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We’re approaching the zenith of tax season, but while accountants are poring through returns, legislators in Washington State, Vermont, and Delaware are focused on another so-called “loophole”: people’s ability to confess their sins to their priests in confidence.  

Legislators in these states point to an Associated Press report from last fall urging legislatures to “fix the clergy loophole” by making it illegal for clergy to keep penitential communications private. Though many faiths have practices that fall under the clergy-penitent privilege, debates over the privilege center on the Catholic Church, where priests vow never to repeat what they hear in the confessional.

As the AP article notes, since the Boston Globe’s 2002 Spotlight report, dozens of bills have been introduced to try to remove the clergy-penitent privilege in the context of mandatory reporter laws. But none have passed. Last week Auxiliary Bishop Schuster of the Archdiocese of Seattle and I presented testimony against the Washington State bill, but on Friday it passed the Human Services, Youth & Early Learning committee, and will now go before the rest of the state House. This is the closest any bill that attacks the sacrament of confession has come to passing since California nearly enacted a similar law in 2019.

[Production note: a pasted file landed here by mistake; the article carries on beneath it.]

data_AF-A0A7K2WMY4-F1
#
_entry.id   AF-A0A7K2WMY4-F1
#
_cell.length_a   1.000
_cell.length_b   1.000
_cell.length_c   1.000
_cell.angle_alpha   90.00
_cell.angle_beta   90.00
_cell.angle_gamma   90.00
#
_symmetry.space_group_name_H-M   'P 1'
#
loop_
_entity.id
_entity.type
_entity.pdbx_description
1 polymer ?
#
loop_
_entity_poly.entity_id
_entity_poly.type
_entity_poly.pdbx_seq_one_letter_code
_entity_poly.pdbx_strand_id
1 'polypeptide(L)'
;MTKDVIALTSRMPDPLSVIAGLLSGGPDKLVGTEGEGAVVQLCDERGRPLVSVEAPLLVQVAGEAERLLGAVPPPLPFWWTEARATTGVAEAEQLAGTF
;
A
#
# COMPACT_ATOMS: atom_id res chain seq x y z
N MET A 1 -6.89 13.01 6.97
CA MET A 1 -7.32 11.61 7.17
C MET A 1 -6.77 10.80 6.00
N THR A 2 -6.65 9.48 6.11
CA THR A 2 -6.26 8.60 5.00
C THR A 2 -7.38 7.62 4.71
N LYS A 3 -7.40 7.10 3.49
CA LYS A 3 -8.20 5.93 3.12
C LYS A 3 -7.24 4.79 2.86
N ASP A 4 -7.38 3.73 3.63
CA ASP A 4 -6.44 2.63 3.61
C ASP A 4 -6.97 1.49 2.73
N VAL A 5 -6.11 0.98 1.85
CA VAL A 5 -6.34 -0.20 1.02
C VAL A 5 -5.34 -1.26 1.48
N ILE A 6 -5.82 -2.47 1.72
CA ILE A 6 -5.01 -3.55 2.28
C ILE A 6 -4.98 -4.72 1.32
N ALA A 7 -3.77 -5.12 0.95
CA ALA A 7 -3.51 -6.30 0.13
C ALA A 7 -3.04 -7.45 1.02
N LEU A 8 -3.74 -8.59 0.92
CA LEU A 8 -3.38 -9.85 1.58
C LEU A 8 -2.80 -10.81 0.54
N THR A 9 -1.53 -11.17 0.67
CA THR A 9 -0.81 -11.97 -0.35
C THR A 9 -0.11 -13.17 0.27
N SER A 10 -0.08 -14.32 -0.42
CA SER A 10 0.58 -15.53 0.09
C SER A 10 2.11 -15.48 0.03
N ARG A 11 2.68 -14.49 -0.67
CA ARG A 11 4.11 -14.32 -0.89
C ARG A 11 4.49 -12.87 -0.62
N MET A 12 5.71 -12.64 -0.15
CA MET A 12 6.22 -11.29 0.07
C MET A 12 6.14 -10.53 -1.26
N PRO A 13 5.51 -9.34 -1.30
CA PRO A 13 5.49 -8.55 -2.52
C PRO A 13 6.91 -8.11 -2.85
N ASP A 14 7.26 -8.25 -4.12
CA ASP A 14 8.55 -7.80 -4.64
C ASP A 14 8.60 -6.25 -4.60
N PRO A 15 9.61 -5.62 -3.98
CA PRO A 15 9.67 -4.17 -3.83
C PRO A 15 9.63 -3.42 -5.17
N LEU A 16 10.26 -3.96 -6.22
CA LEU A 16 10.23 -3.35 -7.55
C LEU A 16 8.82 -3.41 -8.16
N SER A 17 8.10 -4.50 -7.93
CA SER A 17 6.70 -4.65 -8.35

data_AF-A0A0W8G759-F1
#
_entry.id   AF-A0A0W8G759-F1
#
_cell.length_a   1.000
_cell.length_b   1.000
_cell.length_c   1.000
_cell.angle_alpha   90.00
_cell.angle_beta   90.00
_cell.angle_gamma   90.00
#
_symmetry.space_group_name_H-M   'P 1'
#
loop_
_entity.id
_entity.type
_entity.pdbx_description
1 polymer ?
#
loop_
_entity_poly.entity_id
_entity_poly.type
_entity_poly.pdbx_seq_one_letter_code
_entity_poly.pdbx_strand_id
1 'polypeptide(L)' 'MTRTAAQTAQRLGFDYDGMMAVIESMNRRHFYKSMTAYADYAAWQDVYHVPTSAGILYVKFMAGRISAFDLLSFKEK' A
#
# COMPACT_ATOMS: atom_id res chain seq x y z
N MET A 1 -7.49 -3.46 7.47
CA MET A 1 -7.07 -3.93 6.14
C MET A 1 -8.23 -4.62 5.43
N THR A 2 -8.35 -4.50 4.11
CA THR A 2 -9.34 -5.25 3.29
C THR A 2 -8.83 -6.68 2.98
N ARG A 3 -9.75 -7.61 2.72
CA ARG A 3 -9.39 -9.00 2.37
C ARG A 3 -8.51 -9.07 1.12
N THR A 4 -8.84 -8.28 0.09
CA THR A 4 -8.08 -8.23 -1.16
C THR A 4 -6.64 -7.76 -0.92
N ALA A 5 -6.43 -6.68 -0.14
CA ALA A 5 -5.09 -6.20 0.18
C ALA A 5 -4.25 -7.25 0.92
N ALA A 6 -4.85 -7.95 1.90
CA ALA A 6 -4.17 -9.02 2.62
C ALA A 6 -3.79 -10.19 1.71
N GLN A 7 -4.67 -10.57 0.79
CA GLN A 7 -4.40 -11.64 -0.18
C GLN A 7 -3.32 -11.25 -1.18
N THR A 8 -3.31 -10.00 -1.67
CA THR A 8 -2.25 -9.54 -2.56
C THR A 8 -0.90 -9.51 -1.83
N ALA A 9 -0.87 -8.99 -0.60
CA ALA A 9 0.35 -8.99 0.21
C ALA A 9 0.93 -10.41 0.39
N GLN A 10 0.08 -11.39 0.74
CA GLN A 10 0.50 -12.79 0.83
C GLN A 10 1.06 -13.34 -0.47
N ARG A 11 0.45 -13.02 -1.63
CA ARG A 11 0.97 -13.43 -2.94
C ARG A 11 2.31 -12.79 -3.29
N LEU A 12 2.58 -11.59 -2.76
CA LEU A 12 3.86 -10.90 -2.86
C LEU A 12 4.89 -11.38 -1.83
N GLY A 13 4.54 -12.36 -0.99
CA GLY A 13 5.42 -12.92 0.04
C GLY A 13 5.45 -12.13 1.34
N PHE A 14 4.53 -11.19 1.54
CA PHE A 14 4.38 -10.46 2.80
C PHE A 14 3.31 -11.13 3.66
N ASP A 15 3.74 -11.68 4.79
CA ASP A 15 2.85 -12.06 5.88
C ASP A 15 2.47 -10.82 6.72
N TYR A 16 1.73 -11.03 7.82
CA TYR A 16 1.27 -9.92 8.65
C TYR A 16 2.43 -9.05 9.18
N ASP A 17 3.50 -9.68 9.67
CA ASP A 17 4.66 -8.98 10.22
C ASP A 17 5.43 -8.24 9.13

In recent weeks I have submitted detailed public comments in Washington, Vermont, and Delaware arguing that invading the confessional is unwise, unnecessary, and unconstitutional. But you don’t have to make your way through a detailed memo to understand why trying to force priests to violate their religious vows is a bad idea.

The AP report and the bills it has inspired make three fundamental mistakes. First, they incorrectly presume government could coerce clergy into reporting what people confess. Second, they presume—against all evidence—that destroying the clergy-penitent privilege will make children safer. Third, they discriminate against religion by failing to target comparable secular privileges. These flaws make these bills impractical, discriminatory, and unconstitutional.

In the Catholic faith, the seal of the confessional—the promise that a priest will never repeat what he hears in confession—is rooted in God’s promises. Psalm 103 says, “as far as the east is from the west, so far has he removed our sins from us.” The prophet Ezekiel promises, “if the wicked man turns away from all the sins he committed . . . none of the crimes he committed shall be remembered against him.” Catholic priests proclaim the Word of God not just by repeating these words, but by living them out, most centrally when sinners unburden themselves in confession.

The Church’s canon law puts violating the seal of the confessional in the highest category of crimes, on par with physically assaulting the pope. Priests who violate this solemn obligation are automatically excommunicated from the Church. Kings and military dictators have learned over the centuries that you can’t coerce priests into breaking the seal of the confessional. They’ll be martyrs, not state witnesses, if you try.